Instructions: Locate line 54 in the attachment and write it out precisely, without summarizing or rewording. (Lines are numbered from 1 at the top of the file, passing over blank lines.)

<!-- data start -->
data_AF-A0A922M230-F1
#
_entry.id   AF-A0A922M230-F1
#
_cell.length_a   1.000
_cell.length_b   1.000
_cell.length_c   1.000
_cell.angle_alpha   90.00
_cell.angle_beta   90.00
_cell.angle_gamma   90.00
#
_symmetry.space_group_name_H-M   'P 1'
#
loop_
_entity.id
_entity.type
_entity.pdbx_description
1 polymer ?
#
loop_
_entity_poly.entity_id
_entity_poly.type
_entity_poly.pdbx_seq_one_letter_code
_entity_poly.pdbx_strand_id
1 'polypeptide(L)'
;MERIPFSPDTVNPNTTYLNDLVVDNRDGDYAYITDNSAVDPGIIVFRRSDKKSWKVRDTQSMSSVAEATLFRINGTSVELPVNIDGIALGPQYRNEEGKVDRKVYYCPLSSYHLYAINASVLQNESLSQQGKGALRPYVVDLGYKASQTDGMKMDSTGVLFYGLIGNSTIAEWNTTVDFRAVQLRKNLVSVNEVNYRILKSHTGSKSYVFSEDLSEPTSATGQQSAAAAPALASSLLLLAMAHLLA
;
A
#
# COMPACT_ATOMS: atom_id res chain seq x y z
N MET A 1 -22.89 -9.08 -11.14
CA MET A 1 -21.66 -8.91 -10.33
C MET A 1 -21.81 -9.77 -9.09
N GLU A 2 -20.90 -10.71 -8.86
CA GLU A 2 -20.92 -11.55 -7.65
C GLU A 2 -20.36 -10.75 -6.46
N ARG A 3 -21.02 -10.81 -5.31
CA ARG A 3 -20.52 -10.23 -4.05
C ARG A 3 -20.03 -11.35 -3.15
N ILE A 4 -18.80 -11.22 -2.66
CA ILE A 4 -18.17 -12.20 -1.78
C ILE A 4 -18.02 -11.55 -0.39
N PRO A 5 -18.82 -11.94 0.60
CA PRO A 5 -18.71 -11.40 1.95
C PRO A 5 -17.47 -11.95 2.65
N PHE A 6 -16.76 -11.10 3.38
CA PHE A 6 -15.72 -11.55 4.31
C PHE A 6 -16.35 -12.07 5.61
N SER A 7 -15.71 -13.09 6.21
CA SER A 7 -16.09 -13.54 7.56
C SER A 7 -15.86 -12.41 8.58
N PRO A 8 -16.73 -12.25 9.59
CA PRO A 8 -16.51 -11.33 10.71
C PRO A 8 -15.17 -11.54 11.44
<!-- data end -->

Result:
C PRO A 8 -15.17 -11.54 11.44